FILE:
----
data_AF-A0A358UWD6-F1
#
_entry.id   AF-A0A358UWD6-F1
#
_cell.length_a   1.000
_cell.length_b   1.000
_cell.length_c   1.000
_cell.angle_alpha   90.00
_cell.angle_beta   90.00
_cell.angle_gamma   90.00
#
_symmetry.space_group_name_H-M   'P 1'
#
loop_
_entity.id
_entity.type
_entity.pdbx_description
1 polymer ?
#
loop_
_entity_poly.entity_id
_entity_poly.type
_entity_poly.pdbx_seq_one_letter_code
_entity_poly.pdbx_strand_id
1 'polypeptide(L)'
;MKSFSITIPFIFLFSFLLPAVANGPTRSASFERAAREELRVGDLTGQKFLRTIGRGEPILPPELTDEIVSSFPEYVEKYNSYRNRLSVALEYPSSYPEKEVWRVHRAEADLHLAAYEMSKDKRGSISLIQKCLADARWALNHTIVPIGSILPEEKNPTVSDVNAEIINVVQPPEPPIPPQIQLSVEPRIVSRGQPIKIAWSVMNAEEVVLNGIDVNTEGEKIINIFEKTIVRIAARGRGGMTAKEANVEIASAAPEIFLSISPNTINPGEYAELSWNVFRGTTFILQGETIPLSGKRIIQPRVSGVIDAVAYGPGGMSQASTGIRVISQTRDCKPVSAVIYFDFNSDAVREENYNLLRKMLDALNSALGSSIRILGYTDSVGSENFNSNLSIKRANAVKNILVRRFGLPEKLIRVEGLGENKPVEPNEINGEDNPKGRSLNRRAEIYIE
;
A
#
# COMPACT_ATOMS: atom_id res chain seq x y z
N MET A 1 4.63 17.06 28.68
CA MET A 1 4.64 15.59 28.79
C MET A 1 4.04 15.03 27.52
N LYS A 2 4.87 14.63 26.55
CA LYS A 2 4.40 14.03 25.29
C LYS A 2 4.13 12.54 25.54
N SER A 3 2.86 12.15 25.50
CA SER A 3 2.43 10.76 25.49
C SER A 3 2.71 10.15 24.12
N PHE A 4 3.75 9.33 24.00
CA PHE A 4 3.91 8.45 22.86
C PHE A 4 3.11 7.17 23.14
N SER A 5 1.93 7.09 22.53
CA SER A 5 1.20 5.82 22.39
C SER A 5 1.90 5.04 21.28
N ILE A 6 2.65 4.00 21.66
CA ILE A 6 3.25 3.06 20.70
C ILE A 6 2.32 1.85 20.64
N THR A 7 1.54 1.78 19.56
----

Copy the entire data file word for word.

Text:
data_AF-A0A358UWD6-F1
#
_entry.id   AF-A0A358UWD6-F1
#
_cell.length_a   1.000
_cell.length_b   1.000
_cell.length_c   1.000
_cell.angle_alpha   90.00
_cell.angle_beta   90.00
_cell.angle_gamma   90.00
#
_symmetry.space_group_name_H-M   'P 1'
#
loop_
_entity.id
_entity.type
_entity.pdbx_description
1 polymer ?
#
loop_
_entity_poly.entity_id
_entity_poly.type
_entity_poly.pdbx_seq_one_letter_code
_entity_poly.pdbx_strand_id
1 'polypeptide(L)'
;MKSFSITIPFIFLFSFLLPAVANGPTRSASFERAAREELRVGDLTGQKFLRTIGRGEPILPPELTDEIVSSFPEYVEKYNSYRNRLSVALEYPSSYPEKEVWRVHRAEADLHLAAYEMSKDKRGSISLIQKCLADARWALNHTIVPIGSILPEEKNPTVSDVNAEIINVVQPPEPPIPPQIQLSVEPRIVSRGQPIKIAWSVMNAEEVVLNGIDVNTEGEKIINIFEKTIVRIAARGRGGMTAKEANVEIASAAPEIFLSISPNTINPGEYAELSWNVFRGTTFILQGETIPLSGKRIIQPRVSGVIDAVAYGPGGMSQASTGIRVISQTRDCKPVSAVIYFDFNSDAVREENYNLLRKMLDALNSALGSSIRILGYTDSVGSENFNSNLSIKRANAVKNILVRRFGLPEKLIRVEGLGENKPVEPNEINGEDNPKGRSLNRRAEIYIE
;
A
#
# COMPACT_ATOMS: atom_id res chain seq x y z
N MET A 1 4.63 17.06 28.68
CA MET A 1 4.64 15.59 28.79
C MET A 1 4.04 15.03 27.52
N LYS A 2 4.87 14.63 26.55
CA LYS A 2 4.40 14.03 25.29
C LYS A 2 4.13 12.54 25.54
N SER A 3 2.86 12.15 25.50
CA SER A 3 2.43 10.76 25.49
C SER A 3 2.71 10.15 24.12
N PHE A 4 3.75 9.33 24.00
CA PHE A 4 3.91 8.45 22.86
C PHE A 4 3.11 7.17 23.14
N SER A 5 1.93 7.09 22.53
CA SER A 5 1.20 5.82 22.39
C SER A 5 1.90 5.04 21.28
N ILE A 6 2.65 4.00 21.66
CA ILE A 6 3.25 3.06 20.70
C ILE A 6 2.32 1.85 20.64
N THR A 7 1.54 1.78 19.56